Spinning -Basics

Introduction to Spinning

  • The fibre contained in cotton bales, for example, is first opened and cleaned. The trash is removed and a lap or sheet of fibre is produced.

  • Selection of layers of cotton from different bales allows fibre blending to take place at this early stage. Material losses can be 5% or more. Carding converts the lap to a parallel sliver, removing more of the trash and some lint.

  • In some modern systems, tufts are fed through tubes directly to the card. The carding action takes place between the surfaces of a large cylinder and a system of overhead revolving flats, which are covered with fine wire points. This process produces about another 4% to % in waste. The fibres collected at the end of the card in the form of a filmy web, are condensed into a card sliver of about 25mm diameter.

  • The sliver is then delivered into a tall can. Combing, the next process (although optional, depending on the end use of the yarn), removes short fibres and any remaining trash or nep. A lap forming machine is used to combine a number of slivers into a wide ribbon of fibre which is then presented to the comber. The total material loss up to this stage can be as much as 15%, depending on the grade of cotton.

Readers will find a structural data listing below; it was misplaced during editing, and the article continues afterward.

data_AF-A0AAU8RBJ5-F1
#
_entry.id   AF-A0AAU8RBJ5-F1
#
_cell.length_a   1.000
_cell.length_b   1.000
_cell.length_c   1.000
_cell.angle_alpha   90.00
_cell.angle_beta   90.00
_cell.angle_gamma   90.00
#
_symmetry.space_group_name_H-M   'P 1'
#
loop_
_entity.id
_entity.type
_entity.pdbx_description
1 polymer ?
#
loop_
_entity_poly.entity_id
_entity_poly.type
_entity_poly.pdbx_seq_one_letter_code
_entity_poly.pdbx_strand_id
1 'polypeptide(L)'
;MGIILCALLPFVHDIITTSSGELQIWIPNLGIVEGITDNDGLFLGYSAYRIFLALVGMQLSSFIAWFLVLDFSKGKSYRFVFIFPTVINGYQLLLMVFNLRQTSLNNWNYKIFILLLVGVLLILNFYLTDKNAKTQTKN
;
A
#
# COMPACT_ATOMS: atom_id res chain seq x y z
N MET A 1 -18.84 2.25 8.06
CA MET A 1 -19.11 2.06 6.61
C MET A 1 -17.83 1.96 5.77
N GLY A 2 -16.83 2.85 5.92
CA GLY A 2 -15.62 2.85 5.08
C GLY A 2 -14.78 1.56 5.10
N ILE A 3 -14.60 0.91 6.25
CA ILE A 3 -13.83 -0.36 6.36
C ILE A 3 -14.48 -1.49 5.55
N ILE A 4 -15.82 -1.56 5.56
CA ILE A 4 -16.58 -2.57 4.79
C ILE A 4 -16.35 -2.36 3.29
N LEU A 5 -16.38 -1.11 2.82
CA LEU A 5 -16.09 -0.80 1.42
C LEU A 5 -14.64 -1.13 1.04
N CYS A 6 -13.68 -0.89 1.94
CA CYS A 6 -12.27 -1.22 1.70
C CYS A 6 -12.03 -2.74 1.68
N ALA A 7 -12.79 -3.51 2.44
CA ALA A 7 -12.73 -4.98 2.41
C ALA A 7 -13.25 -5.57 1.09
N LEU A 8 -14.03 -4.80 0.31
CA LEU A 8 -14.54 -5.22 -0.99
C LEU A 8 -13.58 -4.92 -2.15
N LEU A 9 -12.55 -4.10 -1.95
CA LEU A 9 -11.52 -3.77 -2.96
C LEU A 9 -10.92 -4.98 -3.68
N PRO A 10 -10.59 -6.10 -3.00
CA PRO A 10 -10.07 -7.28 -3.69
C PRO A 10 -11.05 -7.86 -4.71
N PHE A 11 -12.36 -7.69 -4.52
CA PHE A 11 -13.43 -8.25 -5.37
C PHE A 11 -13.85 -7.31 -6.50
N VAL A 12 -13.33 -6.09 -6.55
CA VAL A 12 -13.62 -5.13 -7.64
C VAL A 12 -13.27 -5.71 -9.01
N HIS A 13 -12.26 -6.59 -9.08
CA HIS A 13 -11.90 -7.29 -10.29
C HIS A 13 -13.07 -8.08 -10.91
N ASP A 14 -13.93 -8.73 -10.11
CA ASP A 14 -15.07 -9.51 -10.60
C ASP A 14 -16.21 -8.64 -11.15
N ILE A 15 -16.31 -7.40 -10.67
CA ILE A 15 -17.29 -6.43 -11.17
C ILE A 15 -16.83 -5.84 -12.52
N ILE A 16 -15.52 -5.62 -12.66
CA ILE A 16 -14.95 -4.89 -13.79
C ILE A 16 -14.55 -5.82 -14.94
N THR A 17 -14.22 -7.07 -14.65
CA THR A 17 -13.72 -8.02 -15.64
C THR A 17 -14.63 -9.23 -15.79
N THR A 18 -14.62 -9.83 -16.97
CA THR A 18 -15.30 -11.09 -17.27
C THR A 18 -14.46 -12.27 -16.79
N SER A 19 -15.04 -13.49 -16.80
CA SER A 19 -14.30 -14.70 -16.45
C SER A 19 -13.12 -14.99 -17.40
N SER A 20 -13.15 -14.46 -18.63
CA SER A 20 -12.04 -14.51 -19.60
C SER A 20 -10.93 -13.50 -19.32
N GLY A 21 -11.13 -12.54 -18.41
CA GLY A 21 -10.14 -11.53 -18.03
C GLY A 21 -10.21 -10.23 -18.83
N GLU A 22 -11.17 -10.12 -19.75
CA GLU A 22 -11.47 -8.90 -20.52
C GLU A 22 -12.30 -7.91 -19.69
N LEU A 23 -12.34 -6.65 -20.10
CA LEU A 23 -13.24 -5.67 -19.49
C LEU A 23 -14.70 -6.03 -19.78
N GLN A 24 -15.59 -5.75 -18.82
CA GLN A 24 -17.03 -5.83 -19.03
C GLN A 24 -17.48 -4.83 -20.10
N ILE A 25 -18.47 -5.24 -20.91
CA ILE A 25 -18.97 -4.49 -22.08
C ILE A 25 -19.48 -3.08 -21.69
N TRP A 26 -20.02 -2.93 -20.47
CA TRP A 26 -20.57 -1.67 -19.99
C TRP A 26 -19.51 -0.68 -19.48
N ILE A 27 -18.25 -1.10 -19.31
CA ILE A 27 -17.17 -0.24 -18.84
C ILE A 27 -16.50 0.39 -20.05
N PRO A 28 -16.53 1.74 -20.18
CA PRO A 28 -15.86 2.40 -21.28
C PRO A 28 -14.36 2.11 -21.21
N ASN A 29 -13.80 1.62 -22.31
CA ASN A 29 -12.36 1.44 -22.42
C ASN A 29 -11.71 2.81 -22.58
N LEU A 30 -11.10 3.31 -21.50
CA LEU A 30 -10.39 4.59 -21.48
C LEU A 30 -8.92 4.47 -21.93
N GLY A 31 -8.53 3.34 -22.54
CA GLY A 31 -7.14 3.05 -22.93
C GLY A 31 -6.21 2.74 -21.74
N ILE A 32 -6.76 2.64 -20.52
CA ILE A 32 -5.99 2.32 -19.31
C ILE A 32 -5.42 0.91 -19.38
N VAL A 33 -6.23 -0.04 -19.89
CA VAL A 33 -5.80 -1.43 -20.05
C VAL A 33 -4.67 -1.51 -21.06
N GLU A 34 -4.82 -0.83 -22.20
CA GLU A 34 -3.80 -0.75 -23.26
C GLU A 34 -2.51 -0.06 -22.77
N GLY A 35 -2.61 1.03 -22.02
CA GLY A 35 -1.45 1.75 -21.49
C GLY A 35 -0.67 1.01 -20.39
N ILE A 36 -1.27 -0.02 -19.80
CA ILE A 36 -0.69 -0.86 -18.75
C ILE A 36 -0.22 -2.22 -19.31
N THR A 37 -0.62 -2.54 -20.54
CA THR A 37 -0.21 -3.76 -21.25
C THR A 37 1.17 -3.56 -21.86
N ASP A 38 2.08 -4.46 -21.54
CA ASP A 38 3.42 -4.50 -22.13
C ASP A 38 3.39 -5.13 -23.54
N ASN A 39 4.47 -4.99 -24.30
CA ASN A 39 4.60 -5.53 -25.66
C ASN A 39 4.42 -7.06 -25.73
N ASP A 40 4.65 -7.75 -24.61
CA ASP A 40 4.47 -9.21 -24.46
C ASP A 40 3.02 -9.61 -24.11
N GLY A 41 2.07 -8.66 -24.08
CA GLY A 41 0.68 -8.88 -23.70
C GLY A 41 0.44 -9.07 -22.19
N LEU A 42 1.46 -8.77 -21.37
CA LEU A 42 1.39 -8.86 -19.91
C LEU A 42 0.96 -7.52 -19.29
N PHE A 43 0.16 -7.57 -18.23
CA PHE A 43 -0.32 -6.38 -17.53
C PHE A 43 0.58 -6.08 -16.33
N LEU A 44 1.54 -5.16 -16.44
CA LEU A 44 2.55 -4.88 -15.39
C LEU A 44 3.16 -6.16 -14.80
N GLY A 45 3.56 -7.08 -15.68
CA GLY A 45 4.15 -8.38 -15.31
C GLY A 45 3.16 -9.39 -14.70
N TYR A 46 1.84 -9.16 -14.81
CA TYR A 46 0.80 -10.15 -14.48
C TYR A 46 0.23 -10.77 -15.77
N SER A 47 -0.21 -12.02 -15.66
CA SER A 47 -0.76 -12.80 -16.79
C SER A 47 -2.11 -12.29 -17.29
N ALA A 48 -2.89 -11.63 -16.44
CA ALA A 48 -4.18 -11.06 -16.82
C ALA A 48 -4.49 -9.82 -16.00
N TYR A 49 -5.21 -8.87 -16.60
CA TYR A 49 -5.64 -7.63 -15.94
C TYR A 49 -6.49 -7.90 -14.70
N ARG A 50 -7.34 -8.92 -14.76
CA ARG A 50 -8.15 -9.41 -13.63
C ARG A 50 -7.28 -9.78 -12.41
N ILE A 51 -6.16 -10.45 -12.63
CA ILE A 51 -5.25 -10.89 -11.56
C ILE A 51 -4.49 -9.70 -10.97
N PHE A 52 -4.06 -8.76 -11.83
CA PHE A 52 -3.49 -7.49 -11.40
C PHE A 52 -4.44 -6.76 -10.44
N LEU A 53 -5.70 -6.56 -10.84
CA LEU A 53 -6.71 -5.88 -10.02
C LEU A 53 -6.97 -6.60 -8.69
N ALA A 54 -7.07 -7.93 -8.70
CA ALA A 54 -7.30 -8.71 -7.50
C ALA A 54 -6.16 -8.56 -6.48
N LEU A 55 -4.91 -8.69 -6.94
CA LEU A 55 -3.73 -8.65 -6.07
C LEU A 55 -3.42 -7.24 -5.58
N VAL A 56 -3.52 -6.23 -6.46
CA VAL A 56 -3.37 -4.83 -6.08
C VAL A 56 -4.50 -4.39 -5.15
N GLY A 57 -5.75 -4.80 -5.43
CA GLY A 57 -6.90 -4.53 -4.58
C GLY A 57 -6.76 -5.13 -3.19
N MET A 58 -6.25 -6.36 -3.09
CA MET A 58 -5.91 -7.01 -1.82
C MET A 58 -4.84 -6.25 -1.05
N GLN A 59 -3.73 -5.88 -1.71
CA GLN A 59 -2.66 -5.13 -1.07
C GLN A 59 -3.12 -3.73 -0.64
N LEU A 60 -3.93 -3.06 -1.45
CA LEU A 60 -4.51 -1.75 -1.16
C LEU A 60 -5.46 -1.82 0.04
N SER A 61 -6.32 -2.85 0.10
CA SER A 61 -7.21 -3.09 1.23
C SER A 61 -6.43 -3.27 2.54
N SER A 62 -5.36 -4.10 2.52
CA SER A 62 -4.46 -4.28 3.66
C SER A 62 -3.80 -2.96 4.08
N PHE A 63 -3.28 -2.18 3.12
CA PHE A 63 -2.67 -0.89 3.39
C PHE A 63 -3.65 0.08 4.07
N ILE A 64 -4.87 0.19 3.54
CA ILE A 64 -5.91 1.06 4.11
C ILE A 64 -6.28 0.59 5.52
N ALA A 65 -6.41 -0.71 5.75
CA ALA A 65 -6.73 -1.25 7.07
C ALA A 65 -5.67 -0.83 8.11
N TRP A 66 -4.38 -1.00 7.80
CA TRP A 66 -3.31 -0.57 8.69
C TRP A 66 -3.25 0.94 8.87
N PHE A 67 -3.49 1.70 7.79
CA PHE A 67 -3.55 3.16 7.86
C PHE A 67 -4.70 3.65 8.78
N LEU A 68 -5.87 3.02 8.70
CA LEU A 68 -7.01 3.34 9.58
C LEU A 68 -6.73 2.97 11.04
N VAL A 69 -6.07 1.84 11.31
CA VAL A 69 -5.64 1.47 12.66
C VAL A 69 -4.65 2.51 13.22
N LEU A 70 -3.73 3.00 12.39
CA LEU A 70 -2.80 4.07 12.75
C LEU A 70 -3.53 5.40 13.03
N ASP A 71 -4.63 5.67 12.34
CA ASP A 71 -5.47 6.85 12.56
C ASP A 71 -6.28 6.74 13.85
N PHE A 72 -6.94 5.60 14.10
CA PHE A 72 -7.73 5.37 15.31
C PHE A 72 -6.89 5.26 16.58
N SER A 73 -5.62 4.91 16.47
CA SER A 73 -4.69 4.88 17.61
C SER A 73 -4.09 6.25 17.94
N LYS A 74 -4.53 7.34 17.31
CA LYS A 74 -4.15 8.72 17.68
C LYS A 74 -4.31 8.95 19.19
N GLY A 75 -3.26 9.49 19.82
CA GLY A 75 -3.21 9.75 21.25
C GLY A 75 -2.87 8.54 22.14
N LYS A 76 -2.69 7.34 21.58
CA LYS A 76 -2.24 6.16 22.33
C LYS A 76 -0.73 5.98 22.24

• In drawing, the card sliver is drafted down to an intermediate roving. It is at this stage that man-made fibres are blended into the final roving. At the speed frame a single draw frame sliver is drafted 5 to 10 times and a slight twist added. This is wound onto a roving bobbin. The roving is then spun into yarn. Total losses from fibre to yarn can be large. For example 100 kgs of 50/50 polyester cotton yarn can require 56 kgs of polyester and up to 70 kgs of cotton.

  • In ring spinning a fine sliver of fibres is fed downwards from a roving bobbin through a drafting zone, which drafts out the strand of fibres to the correct thickness. The yarn is then wound onto a second package called a ring bobbin. Twist is then inserted by the combined action of the spindle and the traveller. The ringframe, in one form of another, is used for spinning all types of staple fibre, wool, cotton and synthetics.

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